Hear it in Rio, Kathmandu or Timbuktu — it doesn't matter. A hearty, belly laugh means the same thing on every continent: joy.
But when we laugh with someone else, our chuckles may divulge more than we realize.
Scientists have found that people around the world can tell whether folks are friends or strangers by listening to them laughing together. And the ability transcends culture and language.
The study, published Monday in the Proceedings of the National Academy of Sciences, used a simple experiment. Psychologist Gregory Bryant recorded pairs of college students having conversations. Some were friends. Some hardly knew each other. He then isolated out just the parts in which the two people were laughing. Each cut was only about one second long.
Then Bryant and his colleagues at the University of California, Los Angeles, had volunteers listen to the clips of laughter and guess whether the people were friends or strangers. They ran the experiment in 24 societies around the globe, including indigenous tribes in New Guinea, tiny villages in Peru and cities in India and China.
People weren't perfect at the task. They were good at telling whether women were friends. But for other pairs — like two men laughing — it was harder. On average, listeners guessed correctly only about 60 percent of the time. That accuracy slightly better than simply tossing a coin (which would give you a 50 percent accuracy).
But the results were consistent across all the societies studied. That's a big deal, says Robert Provine, a psychologist and neuroscience at the University of Maryland, Baltimore County, who wasn't involved with the study. "That suggest we're dealing with a very basic aspect of human nature," he says.
For instance, a Hadza hunter-gatherer in Tanzania could tell two college girls in California were friends by listening to only one second of laughter.
"Laughter seems to be done by all people and all cultures," Provine says, "but details about what it means require cross-cultural studies. Such research is hard to do and is rarely done."
Neuroscientist Carolyn McGettigan at the Royal Holloway University of London agrees with Provine. "This study is really impressive," she says. "The scale of it is an achievement." But also, she says, it suggest that, even in the most remote places on Earth, a laugh among friends is a special sound.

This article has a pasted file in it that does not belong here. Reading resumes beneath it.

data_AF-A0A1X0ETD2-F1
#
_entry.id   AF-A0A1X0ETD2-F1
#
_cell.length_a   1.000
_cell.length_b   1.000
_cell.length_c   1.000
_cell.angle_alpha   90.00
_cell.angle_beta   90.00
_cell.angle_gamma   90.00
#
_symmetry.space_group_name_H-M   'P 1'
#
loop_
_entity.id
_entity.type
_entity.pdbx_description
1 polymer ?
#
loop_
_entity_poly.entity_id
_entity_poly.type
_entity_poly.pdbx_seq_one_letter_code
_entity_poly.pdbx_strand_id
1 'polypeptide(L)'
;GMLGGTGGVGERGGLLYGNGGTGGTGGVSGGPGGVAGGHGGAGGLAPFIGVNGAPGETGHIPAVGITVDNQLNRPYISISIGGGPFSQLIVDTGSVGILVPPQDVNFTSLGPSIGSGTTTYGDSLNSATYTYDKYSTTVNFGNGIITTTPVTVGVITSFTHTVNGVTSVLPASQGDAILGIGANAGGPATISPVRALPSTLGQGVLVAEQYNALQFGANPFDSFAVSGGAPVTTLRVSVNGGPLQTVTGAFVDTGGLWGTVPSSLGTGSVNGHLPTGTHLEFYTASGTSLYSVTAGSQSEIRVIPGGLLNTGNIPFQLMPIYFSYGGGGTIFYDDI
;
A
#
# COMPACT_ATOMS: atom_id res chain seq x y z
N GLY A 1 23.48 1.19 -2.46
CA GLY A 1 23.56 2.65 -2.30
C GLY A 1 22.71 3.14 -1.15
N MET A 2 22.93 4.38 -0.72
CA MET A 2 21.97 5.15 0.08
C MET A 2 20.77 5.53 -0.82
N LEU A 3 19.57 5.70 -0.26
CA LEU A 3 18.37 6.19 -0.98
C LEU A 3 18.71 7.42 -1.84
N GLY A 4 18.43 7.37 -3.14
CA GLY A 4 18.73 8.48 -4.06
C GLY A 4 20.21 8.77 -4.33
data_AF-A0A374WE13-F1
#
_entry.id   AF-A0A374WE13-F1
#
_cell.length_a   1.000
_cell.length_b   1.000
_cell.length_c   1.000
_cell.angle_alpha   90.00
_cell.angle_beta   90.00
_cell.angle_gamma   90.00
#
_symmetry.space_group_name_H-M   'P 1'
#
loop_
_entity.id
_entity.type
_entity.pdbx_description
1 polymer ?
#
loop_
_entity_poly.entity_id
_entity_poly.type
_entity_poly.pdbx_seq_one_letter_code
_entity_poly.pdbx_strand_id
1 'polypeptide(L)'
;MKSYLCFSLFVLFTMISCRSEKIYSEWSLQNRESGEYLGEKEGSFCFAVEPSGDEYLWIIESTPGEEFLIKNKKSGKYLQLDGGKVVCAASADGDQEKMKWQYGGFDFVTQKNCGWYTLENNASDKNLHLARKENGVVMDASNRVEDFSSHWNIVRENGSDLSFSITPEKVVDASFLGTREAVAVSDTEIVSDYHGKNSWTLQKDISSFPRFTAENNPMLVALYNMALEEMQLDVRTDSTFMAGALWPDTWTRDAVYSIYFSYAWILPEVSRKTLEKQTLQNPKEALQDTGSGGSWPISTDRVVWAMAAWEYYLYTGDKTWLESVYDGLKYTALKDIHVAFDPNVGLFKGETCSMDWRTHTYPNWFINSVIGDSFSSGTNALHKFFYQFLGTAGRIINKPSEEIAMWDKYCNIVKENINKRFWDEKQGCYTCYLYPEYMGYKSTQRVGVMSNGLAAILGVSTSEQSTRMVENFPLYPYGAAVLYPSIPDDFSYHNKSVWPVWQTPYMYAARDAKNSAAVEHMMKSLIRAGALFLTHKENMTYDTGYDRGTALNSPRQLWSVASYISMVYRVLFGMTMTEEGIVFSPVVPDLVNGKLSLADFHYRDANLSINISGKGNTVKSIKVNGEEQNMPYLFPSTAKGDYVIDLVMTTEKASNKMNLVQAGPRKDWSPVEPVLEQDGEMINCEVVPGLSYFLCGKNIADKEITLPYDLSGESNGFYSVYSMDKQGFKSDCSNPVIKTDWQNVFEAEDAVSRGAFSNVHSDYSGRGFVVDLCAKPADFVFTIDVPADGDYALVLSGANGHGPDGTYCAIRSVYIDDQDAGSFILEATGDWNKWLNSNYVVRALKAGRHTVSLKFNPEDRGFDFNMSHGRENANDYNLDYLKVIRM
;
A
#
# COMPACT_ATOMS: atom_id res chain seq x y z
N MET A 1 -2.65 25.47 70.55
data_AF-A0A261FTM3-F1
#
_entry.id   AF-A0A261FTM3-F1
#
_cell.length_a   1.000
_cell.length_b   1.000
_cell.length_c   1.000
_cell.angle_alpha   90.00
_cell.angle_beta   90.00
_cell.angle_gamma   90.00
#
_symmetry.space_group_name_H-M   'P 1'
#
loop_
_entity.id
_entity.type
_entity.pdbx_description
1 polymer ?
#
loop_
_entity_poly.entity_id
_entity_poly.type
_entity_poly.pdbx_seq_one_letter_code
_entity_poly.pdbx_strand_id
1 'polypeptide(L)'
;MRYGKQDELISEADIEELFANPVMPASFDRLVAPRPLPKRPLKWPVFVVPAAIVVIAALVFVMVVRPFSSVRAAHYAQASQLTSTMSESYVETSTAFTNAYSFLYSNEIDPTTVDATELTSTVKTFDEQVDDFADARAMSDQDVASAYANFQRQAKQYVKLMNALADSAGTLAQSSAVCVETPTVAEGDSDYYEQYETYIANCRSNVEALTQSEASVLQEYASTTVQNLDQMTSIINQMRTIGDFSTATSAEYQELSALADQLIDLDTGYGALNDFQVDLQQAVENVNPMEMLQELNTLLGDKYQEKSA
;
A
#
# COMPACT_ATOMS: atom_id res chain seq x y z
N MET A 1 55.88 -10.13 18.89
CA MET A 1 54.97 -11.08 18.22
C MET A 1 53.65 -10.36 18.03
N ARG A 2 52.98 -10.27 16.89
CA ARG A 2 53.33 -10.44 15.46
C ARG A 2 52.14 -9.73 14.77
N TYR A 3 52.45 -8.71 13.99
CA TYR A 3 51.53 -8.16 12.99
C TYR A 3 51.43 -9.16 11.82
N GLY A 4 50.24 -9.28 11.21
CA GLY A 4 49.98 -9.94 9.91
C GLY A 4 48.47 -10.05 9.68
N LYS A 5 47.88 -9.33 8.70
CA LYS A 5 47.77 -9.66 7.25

ROBERT SIEGEL, HOST:
Now we turn to the science of laughter. A study out today suggests there's a hidden code in laughter, a code that people around the world can understand. NPR's Michaeleen Doucleff reports.
MICHAELEEN DOUCLEFF, BYLINE: The experiment in this study is so simple we can try it right here. Gregory Bryant, a psychologist at UCLA, recorded students talking together. Some were friends. Some were strangers. And then he isolated just the parts where they were laughing.
GREGORY BRYANT: And then I just presented them to listeners and asked them simply, are these people - at the time they were laughing, were they friends, or were they strangers?
DOUCLEFF: Each clip was only about one second long. OK, here we go. Are these friends or strangers?
DOUCLEFF: That's super short. Let's play it again.
DOUCLEFF: So those happen to be friends. Let's try another one. This time I'll play it twice.
DOUCLEFF: Those are strangers. Yeah, it's actually pretty hard, and that's what makes it kind of amazing. Even in such a short clip, people could tell the difference. Laughter among friends tends to be louder, higher pitched and more upbeat. Laughter among strangers is softer, lower pitched and less energetic.
Bryant and his team gave the test to people in 24 different societies all around the world. They went to villages in Peru, towns in Slovakia, megacities in China. They even gave the test to tribesmen in Tanzania and New Guinea.
BRYANT: In every society, people could, better than chance, detect whether people were friends or strangers just by hearing these same laughs.
DOUCLEFF: Now, people weren't perfect at it. They were really good at telling whether women were friends. But for other pairs, like two men laughing, it was harder. On average, people guessed correctly about 60 percent of the time, which is only slightly better than tossing a coin. But in the science world, that means it's still a real finding. Bryant and his team published this study in the Proceedings of the National Academy of Sciences.
Robert Provine studies laughter at the University of Maryland, Baltimore County. He says the findings are a big deal because they were consistent across so many cultures and languages.
ROBERT PROVINE: So that suggests that we're dealing with a very basic aspect of human nature.
DOUCLEFF: For instance, even a hunter-gatherer in Tanzania new college girls from California were friends just from a second of laughter. Can you tell?
DOUCLEFF: Yep. Those are definitely friends. Michaeleen Doucleff, NPR News. Transcript provided by NPR, Copyright NPR.